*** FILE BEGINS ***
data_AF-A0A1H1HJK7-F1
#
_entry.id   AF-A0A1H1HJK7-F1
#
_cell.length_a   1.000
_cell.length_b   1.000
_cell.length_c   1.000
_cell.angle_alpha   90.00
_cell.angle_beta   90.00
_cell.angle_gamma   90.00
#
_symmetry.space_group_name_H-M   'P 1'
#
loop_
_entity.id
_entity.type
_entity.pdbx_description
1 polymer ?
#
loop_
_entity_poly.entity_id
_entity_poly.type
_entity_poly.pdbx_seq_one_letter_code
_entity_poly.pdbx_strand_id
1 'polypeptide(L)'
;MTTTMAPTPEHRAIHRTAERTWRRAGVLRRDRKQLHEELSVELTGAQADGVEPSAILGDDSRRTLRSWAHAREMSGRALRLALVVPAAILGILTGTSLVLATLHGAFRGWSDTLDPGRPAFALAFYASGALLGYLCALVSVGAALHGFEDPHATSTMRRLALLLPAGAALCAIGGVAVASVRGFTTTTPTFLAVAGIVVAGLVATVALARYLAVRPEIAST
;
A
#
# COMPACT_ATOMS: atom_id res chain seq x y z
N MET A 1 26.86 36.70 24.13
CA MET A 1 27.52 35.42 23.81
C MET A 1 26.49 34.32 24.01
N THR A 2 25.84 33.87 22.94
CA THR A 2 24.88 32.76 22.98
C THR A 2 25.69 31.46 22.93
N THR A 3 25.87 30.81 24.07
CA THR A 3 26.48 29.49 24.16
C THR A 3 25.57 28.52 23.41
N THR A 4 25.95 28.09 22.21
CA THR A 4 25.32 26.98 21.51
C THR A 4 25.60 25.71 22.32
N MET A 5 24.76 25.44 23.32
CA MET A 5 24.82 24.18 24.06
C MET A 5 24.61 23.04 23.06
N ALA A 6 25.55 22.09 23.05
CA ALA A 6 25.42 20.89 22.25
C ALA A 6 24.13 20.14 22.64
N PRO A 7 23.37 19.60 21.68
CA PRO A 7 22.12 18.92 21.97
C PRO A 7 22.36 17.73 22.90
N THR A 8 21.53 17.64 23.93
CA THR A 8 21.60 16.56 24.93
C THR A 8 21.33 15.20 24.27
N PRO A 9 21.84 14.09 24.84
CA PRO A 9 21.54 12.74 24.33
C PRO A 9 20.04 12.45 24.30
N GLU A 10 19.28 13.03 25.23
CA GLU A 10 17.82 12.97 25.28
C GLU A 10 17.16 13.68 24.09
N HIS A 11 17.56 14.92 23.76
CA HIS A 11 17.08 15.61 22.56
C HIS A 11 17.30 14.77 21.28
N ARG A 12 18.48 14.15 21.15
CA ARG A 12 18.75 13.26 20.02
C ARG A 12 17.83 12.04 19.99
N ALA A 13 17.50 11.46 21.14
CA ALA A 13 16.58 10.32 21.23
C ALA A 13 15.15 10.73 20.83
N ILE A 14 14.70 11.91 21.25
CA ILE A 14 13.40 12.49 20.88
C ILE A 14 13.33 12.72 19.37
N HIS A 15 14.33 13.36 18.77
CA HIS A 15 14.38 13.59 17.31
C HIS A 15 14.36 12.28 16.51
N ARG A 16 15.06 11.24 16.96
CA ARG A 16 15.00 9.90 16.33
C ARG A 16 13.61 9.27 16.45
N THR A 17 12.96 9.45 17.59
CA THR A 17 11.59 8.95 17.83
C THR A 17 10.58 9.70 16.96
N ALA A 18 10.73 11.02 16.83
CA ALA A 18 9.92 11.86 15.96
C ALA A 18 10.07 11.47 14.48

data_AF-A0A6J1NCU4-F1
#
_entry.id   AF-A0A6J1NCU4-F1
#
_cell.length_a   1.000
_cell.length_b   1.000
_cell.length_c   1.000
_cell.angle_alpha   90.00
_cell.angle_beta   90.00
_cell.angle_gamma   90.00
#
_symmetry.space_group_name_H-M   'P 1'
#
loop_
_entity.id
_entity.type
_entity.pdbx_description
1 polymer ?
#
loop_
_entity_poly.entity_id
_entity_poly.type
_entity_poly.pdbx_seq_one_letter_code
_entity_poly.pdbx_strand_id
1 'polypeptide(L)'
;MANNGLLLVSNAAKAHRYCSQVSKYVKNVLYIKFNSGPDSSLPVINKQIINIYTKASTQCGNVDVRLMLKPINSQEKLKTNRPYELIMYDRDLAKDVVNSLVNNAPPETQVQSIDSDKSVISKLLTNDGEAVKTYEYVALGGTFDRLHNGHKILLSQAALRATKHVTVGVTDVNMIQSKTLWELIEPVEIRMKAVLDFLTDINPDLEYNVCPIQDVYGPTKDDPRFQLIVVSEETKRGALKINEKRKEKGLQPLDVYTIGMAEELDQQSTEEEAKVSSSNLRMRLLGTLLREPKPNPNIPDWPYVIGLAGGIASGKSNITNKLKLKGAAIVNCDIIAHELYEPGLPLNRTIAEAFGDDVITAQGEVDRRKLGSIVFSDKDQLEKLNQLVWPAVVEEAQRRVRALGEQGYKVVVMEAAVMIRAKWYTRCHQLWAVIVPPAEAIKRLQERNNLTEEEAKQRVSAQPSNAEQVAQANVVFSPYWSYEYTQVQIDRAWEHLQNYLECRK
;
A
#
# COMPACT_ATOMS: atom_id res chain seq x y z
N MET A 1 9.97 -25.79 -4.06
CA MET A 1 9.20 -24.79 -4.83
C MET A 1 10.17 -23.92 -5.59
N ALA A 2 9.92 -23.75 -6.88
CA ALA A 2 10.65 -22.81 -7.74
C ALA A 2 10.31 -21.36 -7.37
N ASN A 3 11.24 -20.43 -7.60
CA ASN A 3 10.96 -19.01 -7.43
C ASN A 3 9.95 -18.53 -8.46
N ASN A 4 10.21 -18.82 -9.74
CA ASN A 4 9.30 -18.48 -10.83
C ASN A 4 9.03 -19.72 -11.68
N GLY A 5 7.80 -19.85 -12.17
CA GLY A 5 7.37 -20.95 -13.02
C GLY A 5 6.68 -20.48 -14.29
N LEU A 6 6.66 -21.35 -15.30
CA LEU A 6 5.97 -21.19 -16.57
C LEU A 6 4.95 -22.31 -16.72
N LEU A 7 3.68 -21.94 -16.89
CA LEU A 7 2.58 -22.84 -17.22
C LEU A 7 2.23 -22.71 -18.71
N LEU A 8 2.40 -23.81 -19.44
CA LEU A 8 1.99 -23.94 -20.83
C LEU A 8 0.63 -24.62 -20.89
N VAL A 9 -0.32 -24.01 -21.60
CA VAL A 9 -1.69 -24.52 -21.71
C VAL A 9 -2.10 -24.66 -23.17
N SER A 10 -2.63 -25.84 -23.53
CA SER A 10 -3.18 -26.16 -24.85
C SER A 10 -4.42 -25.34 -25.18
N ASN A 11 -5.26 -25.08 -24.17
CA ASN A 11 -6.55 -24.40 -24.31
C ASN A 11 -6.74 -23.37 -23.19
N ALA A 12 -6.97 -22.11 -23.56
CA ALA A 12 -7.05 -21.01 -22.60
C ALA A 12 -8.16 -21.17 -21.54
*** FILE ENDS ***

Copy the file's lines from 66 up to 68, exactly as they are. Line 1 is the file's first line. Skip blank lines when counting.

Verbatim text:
C ARG A 12 17.83 12.04 19.99
N ALA A 13 17.50 11.46 21.14
CA ALA A 13 16.58 10.32 21.23